18 March 2012

Raising Government Revenue after 2016

Deputy Prime Minister and Minister for Finance Tharman Shanmugaratnam told Parliament on 1 March 2012 that the Government would have to find new ways to raise revenues after 2016.

He did not say why he thought 2016 was likely to be a watershed year.  It appears the need for new sources of revenues will not arise before 2016.

One likely reason is healthcare spending.  Mr Tharman said that it was going to be the biggest driver of Government expenditures over the next 10, 15 and 20 years.  Current spending is 1.6 per cent of GDP, rising to 2 [2.0?] per cent by 2016 and 3.5 per cent by 2030 the aging of the population has set in.

Another reason is the lumpy expenditures.  The Government will transfer $3.63 billion to the GST Voucher Fund this year.  Only $0.68 billion will be disbursed this year.  The remaining $2.95 billion will be disbursed in the following four years i.e., up to and including 2016.  There are two ways of looking at this.  Either, this year's overall budget surplus of $1.27 billion could have been higher by $2.95 billion because this amount is really not this year's expenditure.  Or, there will be a Budget surplus of at least $0.7 billion in each of the next four years (all else remaining the same) because the GST Voucher disbursements will have already been funded in FY2012.

Providing in one year — this year — five years' of GST Voucher disbursements is not wrong but may lead to the erroneous conclusion that there is insufficient revenue for the programmes under consideration, and consequently raising revenue or curtailing or even shelving programmes or both.  Assuming the same rate of increase in GST Voucher disbursements (see note), the Minister for Finance will need $4.26 billion for FY2017-2021 even though the actual disbursement in FY2017 will likely only be $0.80 billion.

Similarly, the Government has provided $1.10 billion to fund the purchase of buses and related operational losses for the next ten years.  $280 million is for the purchase over the next five years and $820 million is for the operational losses over the next ten years.  Thankfully, the Budget 2012 expenditure covers the outlay for the next ten years so hopefully the Government will not have to top it up in FY2017.

What are the potential sources of Government revenue after 2016?

Mr Tharman said an important feature of the Government's strategy was to keep the tax burden low for the middle income group.  This was echoed by Minister for Law and Foreign Affairs K Shanmugam, who said on 11 March 2012 that the Government must take care not to burden younger Singaporeans with higher taxes.

Mr Tharman said that half of the personal income taxes in Singapore was collected from non-citizens.  Not only non-citizens but citizens who were well educated and talented were mobile.  Singapore had to ensure that we keep our best talents here.

But, as Nominated Member of Parliament Laurence Lien pointed out (Parliament, 29 Feb 2012), the era of racing to the bottom in global tax competition is over.

The Government should review the personal taxation system and consider having Singapore’s top income earners who have benefited from Singapore’s solid infrastructure, growth policies and public goods to bear some of the responsibility of funding the transfers to the poor and needy in society.  So urged Ms Denise Phua (Parliament, 28 Feb 2012) and other Members of Parliament.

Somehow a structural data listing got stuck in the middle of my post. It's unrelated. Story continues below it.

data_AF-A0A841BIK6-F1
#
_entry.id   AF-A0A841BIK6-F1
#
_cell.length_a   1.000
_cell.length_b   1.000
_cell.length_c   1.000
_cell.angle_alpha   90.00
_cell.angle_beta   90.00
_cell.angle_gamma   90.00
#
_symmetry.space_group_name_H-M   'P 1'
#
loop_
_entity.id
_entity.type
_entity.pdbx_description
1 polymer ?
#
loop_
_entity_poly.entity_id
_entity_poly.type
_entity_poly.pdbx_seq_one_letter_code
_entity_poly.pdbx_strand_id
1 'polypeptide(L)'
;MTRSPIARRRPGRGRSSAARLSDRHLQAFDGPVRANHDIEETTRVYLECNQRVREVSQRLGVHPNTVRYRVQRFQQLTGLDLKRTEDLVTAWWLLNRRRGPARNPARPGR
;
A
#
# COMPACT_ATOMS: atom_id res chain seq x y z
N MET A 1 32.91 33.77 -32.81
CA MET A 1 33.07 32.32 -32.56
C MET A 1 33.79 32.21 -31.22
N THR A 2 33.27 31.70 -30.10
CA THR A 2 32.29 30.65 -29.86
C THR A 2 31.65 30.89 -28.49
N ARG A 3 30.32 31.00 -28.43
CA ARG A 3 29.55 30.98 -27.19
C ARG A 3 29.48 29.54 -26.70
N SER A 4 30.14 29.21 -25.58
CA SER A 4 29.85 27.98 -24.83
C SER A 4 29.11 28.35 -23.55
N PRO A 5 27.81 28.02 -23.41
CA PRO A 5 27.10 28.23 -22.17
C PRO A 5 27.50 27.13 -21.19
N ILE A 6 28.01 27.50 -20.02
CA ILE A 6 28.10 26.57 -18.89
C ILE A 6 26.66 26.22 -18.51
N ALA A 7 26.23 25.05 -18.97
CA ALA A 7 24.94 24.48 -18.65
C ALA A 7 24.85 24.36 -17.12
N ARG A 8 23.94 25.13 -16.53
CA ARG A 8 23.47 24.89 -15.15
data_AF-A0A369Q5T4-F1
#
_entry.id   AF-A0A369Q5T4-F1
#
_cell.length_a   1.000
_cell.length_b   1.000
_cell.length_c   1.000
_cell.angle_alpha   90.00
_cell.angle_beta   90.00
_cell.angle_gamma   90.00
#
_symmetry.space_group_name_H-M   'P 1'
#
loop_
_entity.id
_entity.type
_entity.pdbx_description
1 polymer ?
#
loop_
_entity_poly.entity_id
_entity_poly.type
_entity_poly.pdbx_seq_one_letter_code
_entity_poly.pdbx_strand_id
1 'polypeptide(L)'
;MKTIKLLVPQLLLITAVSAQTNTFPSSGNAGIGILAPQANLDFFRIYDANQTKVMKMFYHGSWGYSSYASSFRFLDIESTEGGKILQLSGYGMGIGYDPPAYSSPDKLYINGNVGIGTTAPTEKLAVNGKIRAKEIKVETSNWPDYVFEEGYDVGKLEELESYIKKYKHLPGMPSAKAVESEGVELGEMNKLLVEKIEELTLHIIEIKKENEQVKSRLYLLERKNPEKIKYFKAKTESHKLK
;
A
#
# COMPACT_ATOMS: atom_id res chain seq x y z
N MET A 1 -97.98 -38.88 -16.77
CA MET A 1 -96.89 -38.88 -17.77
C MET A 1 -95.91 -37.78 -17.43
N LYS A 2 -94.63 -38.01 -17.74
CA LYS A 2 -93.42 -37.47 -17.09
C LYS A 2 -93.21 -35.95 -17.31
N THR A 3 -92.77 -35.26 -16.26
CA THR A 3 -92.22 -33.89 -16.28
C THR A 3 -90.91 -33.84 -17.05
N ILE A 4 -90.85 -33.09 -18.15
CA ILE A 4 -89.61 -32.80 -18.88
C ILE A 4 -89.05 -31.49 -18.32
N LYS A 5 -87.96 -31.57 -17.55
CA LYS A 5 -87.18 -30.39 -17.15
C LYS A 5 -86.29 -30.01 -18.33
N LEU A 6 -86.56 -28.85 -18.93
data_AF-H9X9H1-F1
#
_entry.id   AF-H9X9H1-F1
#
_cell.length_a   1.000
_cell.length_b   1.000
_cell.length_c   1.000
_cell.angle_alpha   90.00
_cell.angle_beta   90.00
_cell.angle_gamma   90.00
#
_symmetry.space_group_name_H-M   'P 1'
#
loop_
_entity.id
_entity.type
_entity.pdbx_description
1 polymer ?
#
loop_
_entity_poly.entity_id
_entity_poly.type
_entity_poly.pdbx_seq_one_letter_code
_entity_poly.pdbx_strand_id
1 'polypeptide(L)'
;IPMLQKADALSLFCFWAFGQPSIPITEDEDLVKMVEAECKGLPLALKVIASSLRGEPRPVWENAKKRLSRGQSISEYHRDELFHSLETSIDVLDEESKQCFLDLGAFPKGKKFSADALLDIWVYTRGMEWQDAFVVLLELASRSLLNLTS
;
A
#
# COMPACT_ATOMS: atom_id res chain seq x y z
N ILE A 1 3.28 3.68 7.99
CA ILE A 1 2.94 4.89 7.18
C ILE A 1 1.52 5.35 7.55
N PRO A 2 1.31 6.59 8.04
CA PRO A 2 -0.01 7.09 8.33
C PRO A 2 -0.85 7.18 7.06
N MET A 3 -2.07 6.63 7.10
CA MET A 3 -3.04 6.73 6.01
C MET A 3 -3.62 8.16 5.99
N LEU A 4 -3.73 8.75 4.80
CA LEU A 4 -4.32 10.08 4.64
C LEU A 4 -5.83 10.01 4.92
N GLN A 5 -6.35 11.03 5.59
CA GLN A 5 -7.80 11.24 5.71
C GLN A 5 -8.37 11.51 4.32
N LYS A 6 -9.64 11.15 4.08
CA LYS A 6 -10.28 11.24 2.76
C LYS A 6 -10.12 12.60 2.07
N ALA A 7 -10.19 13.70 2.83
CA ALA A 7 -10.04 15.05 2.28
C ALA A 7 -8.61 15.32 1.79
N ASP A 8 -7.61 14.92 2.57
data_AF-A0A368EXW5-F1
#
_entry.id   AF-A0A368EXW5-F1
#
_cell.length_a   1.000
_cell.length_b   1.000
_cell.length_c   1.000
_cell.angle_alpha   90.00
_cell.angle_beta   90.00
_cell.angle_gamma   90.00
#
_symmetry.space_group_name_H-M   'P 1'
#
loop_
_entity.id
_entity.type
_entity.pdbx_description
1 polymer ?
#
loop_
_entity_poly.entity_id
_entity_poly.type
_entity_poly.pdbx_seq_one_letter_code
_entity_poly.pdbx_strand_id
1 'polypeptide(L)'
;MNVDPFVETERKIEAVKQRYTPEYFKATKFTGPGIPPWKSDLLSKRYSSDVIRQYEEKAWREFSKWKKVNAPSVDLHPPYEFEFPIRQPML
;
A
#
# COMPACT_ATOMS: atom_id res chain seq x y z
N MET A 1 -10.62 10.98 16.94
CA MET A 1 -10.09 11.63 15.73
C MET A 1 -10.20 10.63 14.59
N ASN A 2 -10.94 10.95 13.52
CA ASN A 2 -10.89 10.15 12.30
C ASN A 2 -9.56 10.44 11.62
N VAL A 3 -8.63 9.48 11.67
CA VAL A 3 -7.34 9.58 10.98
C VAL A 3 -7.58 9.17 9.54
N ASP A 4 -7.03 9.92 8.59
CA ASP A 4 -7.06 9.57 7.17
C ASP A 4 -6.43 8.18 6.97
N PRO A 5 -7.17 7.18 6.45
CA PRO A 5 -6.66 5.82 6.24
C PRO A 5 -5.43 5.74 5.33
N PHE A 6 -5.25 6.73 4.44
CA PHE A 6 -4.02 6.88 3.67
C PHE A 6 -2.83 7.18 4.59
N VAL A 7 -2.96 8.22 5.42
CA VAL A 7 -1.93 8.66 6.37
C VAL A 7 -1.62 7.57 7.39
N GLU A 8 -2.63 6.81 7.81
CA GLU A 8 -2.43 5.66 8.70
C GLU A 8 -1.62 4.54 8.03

For a start, the Government should stop lowering personal income tax rates and excluding any more sources of personal income from tax.

Mr Tharman said that the Government would make the tax system more progressive over time, particularly with regard to property taxes.

Property tax in FY2012 is estimated to be $3.7 billion.

Unlike higher personal income tax which may result in the wealthy fleeing Singapore or parking their wealth outside Singapore, there is no escaping property tax.

What about GST?

Mr Tharman said last April, "As Finance Minister, I have made it very clear in Parliament that at least for the next five years — it does not mean we will raise it in five years' time — but at least for five years, there is absolutely no reason to raise the GST, because this was the whole idea — we strengthened our revenue base in time.  ("GE: Tharman says GST will not be Raised for at Least Another 5 years" channelnewsasia.com 23 April 2011).  Five years from 2011 is 2016.

It is likely that GST will be raised.  But this will be a very unpopular move.

Whatever source or sources are tapped to raise Government revenue, the people would need to be convinced that the Government is exhausting other options, like re-allocating budgets across ministries and maximising the net investment return contribution, warned Mr Laurence Lien (Parliament, 29 Feb 2012).

Coincidentally, the People's Action Party's current mandate to govern Singapore expires in 2016.

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Note

1. The $2.95 billion transferred to the GST Voucher Fund for FY2013-2016 is more than four times the disbursement for FY2012.  I have assumed that the projected disbursements in each of the next four years is progressively higher, probably due to of inflation (the actual reason is immaterial).  The implied annual increase works out to 3.27 per cent.  Applying this rate of increase to the disbursements over FY2017-2021 gives $4.26 billion.

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